Wednesday, January 9, 2013

bad late-night haiku for the start of the semester

late at night, candles
flickering on the mantle,
wine in my glass, my

brain in the mud, my
soul steps closer to empty.
before i begin

to teach, i begin
to defend: my syllabus--
once a page or two--

too long to copy,
off to the printers. like the
urban mockingbird,

who nightly sings the
song of cell phones, garage door
openers, and car

horns distinctive and
varied, my poor syllabus
repeats its three-note

pleas, its legalese,
its tape-looped instructions, all
to be heard above

noise not worth hearing
anyway.  longer, louder,
over and over,

binding and airless,
lacking the mockingbird's art
while plagiarizing

his technique.  meanwhile,
the emails roll in, grubbing
for last semester's

grades or last-minute
begging for overrides, none
of it inspiring

any kind of song
from me beyond this frequent
refrain: where is that

wine?  is this my life?
a three-note song, repeated
louder and longer

each year and without
artistry.  i remember
a late-night walk in

d.c., a song so
lovely and strange that i stopped
to find its source, a

mockingbird, its voice
so loud and beautiful, at
times odd but always

persistent, always
innovating.  if i had
the ability

to adapt to these
times, i would still need to sing
a repetitious

tune, but i'd repeat
the beauty and the whimsy
and the garage doors

and the jackhammers--
the necessary music
and not merely the

noise required to
construct a syllabus or
life in three small notes. 


  1. This is really remarkable. I mean I love it. Thank you for posting it.

  2. Wonderful! Beautiful image, Greta, and beautiful execution (though I worry about the note of despair -- not just misery -- conveyed therein; I hope the writing itself helps, even a bit).

    One very minor quibble: on this side of the pond, I think you've got a mockingbird, rather than a nightingale. But mockingbirds bring up literary allusions as well; there's a reason, after all, why it's a sin to kill a mockingbird: because they make beauty out of so little, and some of that, at least on the surface, ugly.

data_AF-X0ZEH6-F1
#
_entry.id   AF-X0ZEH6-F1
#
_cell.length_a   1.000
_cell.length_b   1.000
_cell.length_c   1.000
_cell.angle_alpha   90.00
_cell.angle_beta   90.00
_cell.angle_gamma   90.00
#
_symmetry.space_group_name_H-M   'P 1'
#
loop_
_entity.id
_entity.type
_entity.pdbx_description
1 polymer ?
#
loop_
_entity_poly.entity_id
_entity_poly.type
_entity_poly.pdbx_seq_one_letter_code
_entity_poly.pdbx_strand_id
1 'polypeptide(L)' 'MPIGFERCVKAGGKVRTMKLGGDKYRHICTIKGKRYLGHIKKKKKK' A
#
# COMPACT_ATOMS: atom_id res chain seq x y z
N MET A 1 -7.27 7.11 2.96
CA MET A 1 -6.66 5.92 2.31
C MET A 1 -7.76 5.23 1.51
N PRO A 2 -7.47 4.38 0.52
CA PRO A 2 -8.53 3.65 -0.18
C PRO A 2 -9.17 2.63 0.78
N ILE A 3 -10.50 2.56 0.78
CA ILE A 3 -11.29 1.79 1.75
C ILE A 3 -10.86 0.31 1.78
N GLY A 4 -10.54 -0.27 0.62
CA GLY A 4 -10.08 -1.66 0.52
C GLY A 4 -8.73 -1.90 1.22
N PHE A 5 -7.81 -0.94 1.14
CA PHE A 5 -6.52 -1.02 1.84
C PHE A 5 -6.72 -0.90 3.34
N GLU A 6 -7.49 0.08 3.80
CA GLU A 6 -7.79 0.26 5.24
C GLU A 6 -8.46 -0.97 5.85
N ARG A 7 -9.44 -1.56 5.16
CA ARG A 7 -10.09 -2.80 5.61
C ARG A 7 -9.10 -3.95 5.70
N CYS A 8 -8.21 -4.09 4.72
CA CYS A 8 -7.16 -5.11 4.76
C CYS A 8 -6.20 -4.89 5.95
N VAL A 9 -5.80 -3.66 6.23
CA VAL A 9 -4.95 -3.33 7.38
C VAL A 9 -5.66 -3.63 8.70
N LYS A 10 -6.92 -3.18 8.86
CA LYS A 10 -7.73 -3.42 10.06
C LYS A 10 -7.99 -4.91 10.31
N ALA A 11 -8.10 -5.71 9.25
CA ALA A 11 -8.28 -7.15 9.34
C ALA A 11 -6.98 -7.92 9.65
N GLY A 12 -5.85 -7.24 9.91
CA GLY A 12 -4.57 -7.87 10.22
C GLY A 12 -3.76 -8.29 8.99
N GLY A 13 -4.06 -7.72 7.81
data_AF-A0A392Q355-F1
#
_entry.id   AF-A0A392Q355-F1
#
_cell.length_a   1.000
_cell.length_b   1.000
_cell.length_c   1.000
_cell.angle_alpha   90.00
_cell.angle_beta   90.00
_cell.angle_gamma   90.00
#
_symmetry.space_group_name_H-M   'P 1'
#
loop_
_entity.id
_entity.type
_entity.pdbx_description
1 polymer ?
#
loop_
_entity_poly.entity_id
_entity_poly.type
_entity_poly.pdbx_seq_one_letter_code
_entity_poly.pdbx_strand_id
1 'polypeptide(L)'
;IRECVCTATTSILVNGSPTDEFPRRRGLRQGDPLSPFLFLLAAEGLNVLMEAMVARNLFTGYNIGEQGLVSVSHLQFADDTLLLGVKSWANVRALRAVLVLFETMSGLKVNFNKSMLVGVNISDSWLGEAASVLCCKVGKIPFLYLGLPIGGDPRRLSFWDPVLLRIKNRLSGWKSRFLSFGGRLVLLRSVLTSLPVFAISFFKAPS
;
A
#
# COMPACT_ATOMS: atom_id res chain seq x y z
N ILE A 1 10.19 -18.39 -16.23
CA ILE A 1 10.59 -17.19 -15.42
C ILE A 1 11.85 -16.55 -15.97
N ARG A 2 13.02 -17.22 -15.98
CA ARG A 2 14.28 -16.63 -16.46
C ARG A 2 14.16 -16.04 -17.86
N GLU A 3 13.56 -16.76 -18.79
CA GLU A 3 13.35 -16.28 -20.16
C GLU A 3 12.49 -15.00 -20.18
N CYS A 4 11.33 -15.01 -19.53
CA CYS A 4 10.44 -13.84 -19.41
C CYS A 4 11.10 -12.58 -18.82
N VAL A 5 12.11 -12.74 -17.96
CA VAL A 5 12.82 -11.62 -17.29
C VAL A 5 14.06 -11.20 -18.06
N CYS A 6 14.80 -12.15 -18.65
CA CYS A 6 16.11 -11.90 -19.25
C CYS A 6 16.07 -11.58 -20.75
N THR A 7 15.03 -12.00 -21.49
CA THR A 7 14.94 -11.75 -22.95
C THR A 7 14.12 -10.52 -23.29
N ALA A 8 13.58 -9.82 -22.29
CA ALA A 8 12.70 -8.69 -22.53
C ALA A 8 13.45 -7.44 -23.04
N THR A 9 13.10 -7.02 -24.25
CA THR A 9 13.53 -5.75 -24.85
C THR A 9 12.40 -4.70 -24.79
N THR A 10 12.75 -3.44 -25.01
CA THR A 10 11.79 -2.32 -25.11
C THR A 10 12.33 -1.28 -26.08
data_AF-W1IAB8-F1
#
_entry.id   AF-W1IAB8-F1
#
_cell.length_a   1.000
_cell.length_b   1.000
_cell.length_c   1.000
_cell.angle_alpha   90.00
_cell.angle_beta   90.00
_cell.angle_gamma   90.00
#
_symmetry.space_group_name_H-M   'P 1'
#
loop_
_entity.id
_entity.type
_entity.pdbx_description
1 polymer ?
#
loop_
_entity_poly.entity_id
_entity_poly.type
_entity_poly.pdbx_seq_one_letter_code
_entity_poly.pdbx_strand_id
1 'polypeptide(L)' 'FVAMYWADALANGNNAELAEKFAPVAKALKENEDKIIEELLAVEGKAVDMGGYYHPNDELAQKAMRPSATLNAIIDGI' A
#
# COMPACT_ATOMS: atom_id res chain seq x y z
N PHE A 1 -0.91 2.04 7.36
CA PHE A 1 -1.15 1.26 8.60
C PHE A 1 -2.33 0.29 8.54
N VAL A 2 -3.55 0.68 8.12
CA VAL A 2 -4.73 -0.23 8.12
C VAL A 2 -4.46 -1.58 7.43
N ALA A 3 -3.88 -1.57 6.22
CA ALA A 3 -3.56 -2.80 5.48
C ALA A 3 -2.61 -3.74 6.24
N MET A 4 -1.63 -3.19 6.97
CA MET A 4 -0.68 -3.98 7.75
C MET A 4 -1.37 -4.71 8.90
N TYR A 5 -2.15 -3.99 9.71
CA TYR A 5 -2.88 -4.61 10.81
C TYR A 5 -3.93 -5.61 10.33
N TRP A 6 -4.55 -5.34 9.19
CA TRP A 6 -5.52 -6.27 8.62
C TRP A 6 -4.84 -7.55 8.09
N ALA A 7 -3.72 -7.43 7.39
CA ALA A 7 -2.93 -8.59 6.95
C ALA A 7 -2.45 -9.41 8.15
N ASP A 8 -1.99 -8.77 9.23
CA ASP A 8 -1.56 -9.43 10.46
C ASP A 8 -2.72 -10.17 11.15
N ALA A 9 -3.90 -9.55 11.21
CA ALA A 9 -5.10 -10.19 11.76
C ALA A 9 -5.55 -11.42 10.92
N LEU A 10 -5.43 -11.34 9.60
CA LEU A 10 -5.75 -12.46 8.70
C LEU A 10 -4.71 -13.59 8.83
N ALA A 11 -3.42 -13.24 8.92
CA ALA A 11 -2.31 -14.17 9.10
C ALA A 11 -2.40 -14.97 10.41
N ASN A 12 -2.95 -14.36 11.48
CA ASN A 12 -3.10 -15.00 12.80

Thanks for being the CM nightingale/mockingbird, Greta. May your semester go better than anticipated.

  3. Contingent Cassandra, you are correct--and thank you! I drafted this late last night and knew that something was bugging me about it. I've made the change and I think it improves the verse beyond just making it correct. I did have to sacrifice something in one line to do so, but I don't think it's anything that anyone notices about my poems anyway, so it's no big deal. Thank you again.

    As for the is real and soul-sucking but that's why I put it into verse. Somehow, trying to craft something out of it--no matter how crappy and amateurish the result--provides a kind of therapy. While an all-out rant is often the only way to vent and is useful in its own glorious way, when I get the real blues about the profession, I need to try to work through it this way.

  4. I nominate Greata as Poet Laureate of CM.

    On a slightly different note, one of my favorite sayings comes from a story about three different shoguns of Japan. "If the nightingale will not sing, wait."


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